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    #11 MorrisonHiker, Sep 13, 2017
    Last edited: Sep 13, 2017
    Taxes in California are probably more than what you'd pay in Colorado (depends on where you are moving to) but registration will probably be more expensive in Colorado than California. I would do a spreadsheet and calculate if there's that much difference between the two options. I know just within Colorado taxes can vary greatly from one street (unincorporated) to the next (incorporated) and could easily add $5000 to the sales taxes due.

    If you register it in California and then move to Colorado, it would be considered a used vehicle and you'd no longer be eligible for the $5000 Colorado tax credit, so you'd want to be sure to only register it once. I think you'd have to buy it in Colorado to claim the state tax credit. I've seen others post about trying to claim the credit without even living or paying taxes in Colorado. It doesn't work that way.
     
  12. dsvick

    dsvick Active Member

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    Ok got it, I was thinking he would move out of CA but not tell Tesla, then just pick up the car as if he still lived there. The only problem then is the possibly higher taxes in CA.
     
  13. MorrisonHiker

    MorrisonHiker S 90D 2017.34 2448cfc

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    I believe that if the taxes are more in California, then he wouldn't have to pay again in Colorado but he wouldn't get a refund for the difference. He also probably wouldn't be able to claim the state tax credit.
     
  14. jhs_7645

    jhs_7645 VIN: #3305

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    Regarding issue #1, you will be fine; as was explained in a different thread the federal tax credit is a phase out credit, not a hard cut, and the phase out rules are pretty generous. The first phase is that the full credit will be available for the entire quarter that Tesla ships the 200,000th car. The second phase is that it will still be a 100% ($7,500) credit for the next quarter, then after that it drops off slowly, (but I can't remember the exact percentages). We're talking about the $7,500 credit being available for 4-6 months *AFTER* they ship their 200,00th car. So, bottom line, take delivery in CO and you'll be good.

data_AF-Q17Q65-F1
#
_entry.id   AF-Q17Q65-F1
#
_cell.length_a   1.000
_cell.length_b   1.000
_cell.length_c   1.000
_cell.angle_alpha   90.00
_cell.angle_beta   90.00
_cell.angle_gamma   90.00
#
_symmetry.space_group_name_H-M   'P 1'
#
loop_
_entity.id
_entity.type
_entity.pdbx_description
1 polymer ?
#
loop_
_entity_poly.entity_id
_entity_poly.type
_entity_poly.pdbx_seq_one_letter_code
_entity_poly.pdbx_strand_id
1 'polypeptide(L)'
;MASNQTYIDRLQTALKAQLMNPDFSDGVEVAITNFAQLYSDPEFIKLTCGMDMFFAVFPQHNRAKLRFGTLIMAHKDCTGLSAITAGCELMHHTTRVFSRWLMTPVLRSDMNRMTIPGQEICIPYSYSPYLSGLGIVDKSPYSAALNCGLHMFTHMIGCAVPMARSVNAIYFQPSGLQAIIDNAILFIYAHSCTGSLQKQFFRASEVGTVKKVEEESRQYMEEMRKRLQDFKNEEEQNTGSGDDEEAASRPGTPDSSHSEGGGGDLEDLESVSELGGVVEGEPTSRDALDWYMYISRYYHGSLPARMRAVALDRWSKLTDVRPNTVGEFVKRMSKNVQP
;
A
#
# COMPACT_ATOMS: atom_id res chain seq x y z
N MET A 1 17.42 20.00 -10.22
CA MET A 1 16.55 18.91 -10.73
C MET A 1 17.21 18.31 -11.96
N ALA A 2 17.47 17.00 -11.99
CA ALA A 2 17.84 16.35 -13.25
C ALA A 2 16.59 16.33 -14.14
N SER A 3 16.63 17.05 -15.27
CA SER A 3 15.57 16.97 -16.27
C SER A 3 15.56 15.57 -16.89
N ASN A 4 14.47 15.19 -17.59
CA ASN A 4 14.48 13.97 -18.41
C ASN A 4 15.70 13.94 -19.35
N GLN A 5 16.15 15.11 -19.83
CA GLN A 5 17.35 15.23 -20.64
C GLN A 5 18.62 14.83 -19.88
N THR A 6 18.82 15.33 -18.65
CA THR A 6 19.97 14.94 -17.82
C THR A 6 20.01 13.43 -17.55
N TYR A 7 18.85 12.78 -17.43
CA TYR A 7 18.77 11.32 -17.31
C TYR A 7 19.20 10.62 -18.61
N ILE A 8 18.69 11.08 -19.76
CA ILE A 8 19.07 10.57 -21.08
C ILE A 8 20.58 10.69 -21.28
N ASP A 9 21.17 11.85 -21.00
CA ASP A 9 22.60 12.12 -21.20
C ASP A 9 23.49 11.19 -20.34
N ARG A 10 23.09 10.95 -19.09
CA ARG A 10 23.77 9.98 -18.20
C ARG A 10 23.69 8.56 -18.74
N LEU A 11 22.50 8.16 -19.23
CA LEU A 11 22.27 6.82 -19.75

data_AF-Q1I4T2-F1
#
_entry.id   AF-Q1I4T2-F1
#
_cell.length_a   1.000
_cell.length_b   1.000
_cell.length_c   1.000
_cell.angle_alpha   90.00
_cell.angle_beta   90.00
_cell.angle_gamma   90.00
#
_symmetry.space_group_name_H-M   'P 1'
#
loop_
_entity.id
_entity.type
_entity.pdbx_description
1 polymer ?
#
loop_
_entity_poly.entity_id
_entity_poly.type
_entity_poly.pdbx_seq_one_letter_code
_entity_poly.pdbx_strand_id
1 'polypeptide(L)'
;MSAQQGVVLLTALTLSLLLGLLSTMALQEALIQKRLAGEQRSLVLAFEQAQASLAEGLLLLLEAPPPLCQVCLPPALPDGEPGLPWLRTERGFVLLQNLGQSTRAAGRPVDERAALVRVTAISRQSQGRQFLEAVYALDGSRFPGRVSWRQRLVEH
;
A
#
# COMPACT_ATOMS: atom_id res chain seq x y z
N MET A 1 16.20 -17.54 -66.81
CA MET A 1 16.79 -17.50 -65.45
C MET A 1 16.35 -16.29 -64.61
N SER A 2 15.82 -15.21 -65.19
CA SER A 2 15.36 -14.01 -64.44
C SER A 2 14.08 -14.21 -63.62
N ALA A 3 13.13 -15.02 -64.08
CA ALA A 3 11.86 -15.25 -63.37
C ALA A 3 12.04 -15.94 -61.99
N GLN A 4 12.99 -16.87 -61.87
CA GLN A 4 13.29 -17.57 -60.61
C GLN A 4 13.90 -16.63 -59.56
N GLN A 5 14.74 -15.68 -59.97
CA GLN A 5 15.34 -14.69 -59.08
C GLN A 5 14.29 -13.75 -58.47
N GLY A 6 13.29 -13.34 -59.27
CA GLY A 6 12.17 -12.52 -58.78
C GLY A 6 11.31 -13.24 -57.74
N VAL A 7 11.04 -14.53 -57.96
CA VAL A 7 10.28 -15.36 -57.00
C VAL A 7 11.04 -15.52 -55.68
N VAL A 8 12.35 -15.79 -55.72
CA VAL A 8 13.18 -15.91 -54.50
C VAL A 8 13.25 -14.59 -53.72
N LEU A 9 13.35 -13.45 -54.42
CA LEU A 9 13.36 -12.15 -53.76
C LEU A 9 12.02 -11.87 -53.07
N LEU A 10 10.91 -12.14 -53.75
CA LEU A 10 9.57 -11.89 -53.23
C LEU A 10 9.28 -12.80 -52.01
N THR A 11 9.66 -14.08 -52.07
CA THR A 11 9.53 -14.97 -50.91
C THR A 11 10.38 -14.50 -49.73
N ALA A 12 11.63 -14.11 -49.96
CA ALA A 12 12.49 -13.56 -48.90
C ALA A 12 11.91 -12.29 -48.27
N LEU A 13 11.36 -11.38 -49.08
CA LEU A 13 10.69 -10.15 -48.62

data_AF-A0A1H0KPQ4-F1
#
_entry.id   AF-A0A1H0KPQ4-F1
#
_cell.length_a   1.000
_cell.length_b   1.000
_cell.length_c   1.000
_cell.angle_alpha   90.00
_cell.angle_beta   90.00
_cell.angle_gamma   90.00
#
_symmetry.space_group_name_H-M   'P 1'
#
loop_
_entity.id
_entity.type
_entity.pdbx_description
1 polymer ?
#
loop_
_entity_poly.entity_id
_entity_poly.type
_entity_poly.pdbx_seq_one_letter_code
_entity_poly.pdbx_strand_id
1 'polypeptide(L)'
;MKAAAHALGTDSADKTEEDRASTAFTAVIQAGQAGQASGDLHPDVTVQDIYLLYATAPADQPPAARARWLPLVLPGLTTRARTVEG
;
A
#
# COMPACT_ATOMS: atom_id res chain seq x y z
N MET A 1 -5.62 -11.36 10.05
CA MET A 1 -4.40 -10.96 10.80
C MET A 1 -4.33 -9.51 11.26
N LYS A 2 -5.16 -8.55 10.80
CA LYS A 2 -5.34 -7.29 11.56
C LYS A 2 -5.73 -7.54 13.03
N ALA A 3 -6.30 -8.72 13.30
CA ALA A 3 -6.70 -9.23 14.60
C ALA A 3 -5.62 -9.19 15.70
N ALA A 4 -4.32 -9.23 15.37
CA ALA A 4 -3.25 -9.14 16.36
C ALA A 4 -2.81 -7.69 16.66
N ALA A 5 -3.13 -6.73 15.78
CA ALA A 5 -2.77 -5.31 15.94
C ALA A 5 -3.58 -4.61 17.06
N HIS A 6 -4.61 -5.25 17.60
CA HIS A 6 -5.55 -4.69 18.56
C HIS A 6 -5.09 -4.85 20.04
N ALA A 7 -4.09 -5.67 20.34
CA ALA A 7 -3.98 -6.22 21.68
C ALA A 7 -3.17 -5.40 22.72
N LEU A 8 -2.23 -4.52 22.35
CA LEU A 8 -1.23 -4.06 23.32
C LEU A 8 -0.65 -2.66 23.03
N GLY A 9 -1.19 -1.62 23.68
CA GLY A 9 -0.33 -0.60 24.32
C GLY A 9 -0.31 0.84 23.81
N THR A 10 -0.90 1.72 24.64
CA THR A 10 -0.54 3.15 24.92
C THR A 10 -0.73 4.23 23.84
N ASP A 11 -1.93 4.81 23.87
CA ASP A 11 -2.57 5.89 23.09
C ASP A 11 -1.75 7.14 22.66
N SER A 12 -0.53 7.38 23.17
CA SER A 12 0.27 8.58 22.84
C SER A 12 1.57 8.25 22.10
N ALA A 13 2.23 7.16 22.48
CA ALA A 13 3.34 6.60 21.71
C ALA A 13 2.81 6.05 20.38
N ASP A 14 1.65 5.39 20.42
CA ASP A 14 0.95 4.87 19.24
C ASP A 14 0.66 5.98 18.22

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  15. Trips

    Trips Member

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    Or he could drive around with California plates for a year. I drove for almost 17 years with plates that were not registered in my town.

    The only downside is that California plates will get you pulled over along I-80 eastbound. It might be different in Colorado but in Nebraska it is very profitable for the State Patrol.
     
  16. MorrisonHiker

    MorrisonHiker S 90D 2017.34 2448cfc

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    He could but that would be a $1000 fine in Colorado if he gets caught. You have 90 days to register once moving to Colorado.
     
  17. T34ME

    T34ME Member

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    If you take delivery in California, you will pay California sales tax whether you live in California or Colorado. Your best bet is to take delivery in Colorado and register it there.
     
  18. fluxemag

    fluxemag Member

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    Sales tax is almost 5% less in CO than CA, so that could be $1500-2000 savings there, plus the additional $2500 state tax credit, and even if you don't get the full federal tax credit, you would still get partial. Plus you will save registration hassles and putting a bunch of miles on the car. Tesla taxes you based on the delivery location.

    With my Model S I paid 9.8% sales tax in AZ, then moved to OR 6 months later which has no sales tax. I spent plenty of time researching how to avoid that tax bill only to determine that anything I did wouldn't be worth the risk (including Montana LLC). In my case, if I had deferred delivery, the price would have been $10k higher for the car because they discontinued the "40kWh" car.
     
  19. MorrisonHiker

    MorrisonHiker S 90D 2017.34 2448cfc

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    What tax rate are you looking at for Colorado? As I mentioned earlier, the sales tax can vary greatly, ranging from 4% to nearly 9% depending on where you live in Colorado. Registration is also much higher in Colorado and stays high for years.
     
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  20. codex57

    codex57 Member

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    There's no money for a CA tax credit, and I'm not hopeful for one in the near future either. Not by the time OP is getting the car. I'd say you can clearly count the CO tax credit on one side of the ledger with no offsetting CA credit when doing your calculation.